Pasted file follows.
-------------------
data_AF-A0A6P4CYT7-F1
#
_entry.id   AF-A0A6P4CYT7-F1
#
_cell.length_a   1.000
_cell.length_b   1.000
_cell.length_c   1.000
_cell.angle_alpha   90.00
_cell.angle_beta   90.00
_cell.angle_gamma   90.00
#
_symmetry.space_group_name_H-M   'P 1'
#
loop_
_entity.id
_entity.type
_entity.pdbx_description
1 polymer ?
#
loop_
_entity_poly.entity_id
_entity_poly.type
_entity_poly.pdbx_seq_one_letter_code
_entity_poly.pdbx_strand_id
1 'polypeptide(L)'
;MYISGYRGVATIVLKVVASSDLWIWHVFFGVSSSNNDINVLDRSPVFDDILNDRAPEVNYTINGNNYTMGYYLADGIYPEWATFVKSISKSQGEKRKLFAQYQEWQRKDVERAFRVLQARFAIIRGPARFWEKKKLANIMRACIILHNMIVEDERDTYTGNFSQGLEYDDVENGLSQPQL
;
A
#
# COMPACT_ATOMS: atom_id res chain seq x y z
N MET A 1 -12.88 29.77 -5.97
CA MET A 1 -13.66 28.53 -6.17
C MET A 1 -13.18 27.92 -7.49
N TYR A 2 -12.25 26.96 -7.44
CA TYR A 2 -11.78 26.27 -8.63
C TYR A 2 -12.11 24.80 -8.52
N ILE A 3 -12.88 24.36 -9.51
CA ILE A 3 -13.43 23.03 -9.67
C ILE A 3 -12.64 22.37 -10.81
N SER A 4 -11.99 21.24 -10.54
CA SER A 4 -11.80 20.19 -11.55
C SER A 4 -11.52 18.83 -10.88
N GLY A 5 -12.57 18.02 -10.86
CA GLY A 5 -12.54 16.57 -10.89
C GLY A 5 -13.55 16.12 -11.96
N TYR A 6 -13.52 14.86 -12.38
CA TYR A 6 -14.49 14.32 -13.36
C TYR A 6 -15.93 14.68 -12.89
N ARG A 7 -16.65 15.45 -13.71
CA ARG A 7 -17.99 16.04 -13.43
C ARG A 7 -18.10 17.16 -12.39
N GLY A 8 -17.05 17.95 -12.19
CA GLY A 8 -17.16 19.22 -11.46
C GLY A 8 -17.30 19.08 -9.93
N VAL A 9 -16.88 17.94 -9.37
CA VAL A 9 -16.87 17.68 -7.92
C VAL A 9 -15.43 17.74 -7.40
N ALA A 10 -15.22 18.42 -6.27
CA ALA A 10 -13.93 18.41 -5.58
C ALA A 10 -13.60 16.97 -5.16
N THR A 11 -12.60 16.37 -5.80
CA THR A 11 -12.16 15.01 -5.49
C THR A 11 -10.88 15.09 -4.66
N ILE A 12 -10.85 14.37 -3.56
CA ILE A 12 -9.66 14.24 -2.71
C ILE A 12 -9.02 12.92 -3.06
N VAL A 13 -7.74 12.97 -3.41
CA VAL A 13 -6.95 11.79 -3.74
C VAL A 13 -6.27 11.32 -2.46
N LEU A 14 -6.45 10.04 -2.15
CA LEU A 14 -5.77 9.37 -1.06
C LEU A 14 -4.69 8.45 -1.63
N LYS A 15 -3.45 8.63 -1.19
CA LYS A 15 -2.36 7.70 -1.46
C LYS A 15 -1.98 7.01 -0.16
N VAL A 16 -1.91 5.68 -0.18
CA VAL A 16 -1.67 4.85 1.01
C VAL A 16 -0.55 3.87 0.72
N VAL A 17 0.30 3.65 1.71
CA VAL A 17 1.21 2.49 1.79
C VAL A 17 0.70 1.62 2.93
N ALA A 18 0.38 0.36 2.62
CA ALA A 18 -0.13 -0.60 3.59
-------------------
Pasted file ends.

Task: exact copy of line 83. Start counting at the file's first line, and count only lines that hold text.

CA ALA A 18 -0.13 -0.60 3.59